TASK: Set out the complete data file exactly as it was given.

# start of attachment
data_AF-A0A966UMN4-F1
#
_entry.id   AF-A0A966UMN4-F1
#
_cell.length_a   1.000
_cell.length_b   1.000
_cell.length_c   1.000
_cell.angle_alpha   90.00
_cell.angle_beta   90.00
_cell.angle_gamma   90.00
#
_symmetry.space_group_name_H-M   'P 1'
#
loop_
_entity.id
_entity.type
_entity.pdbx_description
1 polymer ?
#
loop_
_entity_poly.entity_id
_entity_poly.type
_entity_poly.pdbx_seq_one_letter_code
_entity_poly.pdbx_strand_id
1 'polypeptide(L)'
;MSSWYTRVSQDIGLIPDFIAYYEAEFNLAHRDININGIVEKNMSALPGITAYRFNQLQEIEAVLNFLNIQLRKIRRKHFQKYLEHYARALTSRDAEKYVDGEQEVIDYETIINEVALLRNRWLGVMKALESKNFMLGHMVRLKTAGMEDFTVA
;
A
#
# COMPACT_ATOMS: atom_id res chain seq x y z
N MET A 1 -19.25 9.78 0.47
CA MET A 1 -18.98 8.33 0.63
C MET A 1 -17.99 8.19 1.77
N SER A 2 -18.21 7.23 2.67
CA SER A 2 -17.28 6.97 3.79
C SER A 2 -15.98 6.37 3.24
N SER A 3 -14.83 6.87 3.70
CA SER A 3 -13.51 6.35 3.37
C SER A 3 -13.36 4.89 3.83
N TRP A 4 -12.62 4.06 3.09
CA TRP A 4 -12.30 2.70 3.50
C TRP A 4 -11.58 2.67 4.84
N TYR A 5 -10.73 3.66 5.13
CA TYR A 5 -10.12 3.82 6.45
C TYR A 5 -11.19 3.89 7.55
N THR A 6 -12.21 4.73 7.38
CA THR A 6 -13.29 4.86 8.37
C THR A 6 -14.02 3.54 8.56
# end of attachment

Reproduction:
data_AF-A0A966UMN4-F1
#
_entry.id   AF-A0A966UMN4-F1
#
_cell.length_a   1.000
_cell.length_b   1.000
_cell.length_c   1.000
_cell.angle_alpha   90.00
_cell.angle_beta   90.00
_cell.angle_gamma   90.00
#
_symmetry.space_group_name_H-M   'P 1'
#
loop_
_entity.id
_entity.type
_entity.pdbx_description
1 polymer ?
#
loop_
_entity_poly.entity_id
_entity_poly.type
_entity_poly.pdbx_seq_one_letter_code
_entity_poly.pdbx_strand_id
1 'polypeptide(L)'
;MSSWYTRVSQDIGLIPDFIAYYEAEFNLAHRDININGIVEKNMSALPGITAYRFNQLQEIEAVLNFLNIQLRKIRRKHFQKYLEHYARALTSRDAEKYVDGEQEVIDYETIINEVALLRNRWLGVMKALESKNFMLGHMVRLKTAGMEDFTVA
;
A
#
# COMPACT_ATOMS: atom_id res chain seq x y z
N MET A 1 -19.25 9.78 0.47
CA MET A 1 -18.98 8.33 0.63
C MET A 1 -17.99 8.19 1.77
N SER A 2 -18.21 7.23 2.67
CA SER A 2 -17.28 6.97 3.79
C SER A 2 -15.98 6.37 3.24
N SER A 3 -14.83 6.87 3.70
CA SER A 3 -13.51 6.35 3.37
C SER A 3 -13.36 4.89 3.83
N TRP A 4 -12.62 4.06 3.09
CA TRP A 4 -12.30 2.70 3.50
C TRP A 4 -11.58 2.67 4.84
N TYR A 5 -10.73 3.66 5.13
CA TYR A 5 -10.12 3.82 6.45
C TYR A 5 -11.19 3.89 7.55
N THR A 6 -12.21 4.73 7.38
CA THR A 6 -13.29 4.86 8.37
C THR A 6 -14.02 3.54 8.56